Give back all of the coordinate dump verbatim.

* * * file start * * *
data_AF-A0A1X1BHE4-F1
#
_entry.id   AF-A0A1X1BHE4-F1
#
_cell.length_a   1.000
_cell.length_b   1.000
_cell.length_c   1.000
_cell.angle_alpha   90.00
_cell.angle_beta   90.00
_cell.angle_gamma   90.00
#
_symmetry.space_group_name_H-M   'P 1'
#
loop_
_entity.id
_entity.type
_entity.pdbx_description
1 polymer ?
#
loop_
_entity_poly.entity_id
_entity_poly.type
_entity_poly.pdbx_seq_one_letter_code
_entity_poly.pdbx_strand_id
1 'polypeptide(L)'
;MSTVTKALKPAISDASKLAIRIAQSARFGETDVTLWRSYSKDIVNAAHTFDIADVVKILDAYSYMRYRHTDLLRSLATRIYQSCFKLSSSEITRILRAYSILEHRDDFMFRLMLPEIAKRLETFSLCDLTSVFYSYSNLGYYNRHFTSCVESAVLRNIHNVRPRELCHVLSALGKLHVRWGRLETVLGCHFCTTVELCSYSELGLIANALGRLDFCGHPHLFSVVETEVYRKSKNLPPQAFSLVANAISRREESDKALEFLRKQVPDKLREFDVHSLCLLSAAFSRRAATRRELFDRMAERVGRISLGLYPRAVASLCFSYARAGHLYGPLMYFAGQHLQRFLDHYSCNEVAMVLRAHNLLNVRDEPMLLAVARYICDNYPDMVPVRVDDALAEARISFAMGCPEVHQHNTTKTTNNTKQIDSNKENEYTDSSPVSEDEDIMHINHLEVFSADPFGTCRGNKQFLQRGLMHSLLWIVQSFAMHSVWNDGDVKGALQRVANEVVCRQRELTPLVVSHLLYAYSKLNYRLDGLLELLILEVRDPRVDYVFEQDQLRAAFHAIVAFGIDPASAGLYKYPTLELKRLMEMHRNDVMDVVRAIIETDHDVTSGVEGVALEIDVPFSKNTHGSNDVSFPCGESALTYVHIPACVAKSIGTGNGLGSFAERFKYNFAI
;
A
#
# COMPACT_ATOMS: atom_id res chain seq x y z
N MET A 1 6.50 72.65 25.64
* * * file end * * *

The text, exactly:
data_AF-A0A1X1BHE4-F1
#
_entry.id   AF-A0A1X1BHE4-F1
#
_cell.length_a   1.000
_cell.length_b   1.000
_cell.length_c   1.000
_cell.angle_alpha   90.00
_cell.angle_beta   90.00
_cell.angle_gamma   90.00
#
_symmetry.space_group_name_H-M   'P 1'
#
loop_
_entity.id
_entity.type
_entity.pdbx_description
1 polymer ?
#
loop_
_entity_poly.entity_id
_entity_poly.type
_entity_poly.pdbx_seq_one_letter_code
_entity_poly.pdbx_strand_id
1 'polypeptide(L)'
;MSTVTKALKPAISDASKLAIRIAQSARFGETDVTLWRSYSKDIVNAAHTFDIADVVKILDAYSYMRYRHTDLLRSLATRIYQSCFKLSSSEITRILRAYSILEHRDDFMFRLMLPEIAKRLETFSLCDLTSVFYSYSNLGYYNRHFTSCVESAVLRNIHNVRPRELCHVLSALGKLHVRWGRLETVLGCHFCTTVELCSYSELGLIANALGRLDFCGHPHLFSVVETEVYRKSKNLPPQAFSLVANAISRREESDKALEFLRKQVPDKLREFDVHSLCLLSAAFSRRAATRRELFDRMAERVGRISLGLYPRAVASLCFSYARAGHLYGPLMYFAGQHLQRFLDHYSCNEVAMVLRAHNLLNVRDEPMLLAVARYICDNYPDMVPVRVDDALAEARISFAMGCPEVHQHNTTKTTNNTKQIDSNKENEYTDSSPVSEDEDIMHINHLEVFSADPFGTCRGNKQFLQRGLMHSLLWIVQSFAMHSVWNDGDVKGALQRVANEVVCRQRELTPLVVSHLLYAYSKLNYRLDGLLELLILEVRDPRVDYVFEQDQLRAAFHAIVAFGIDPASAGLYKYPTLELKRLMEMHRNDVMDVVRAIIETDHDVTSGVEGVALEIDVPFSKNTHGSNDVSFPCGESALTYVHIPACVAKSIGTGNGLGSFAERFKYNFAI
;
A
#
# COMPACT_ATOMS: atom_id res chain seq x y z
N MET A 1 6.50 72.65 25.64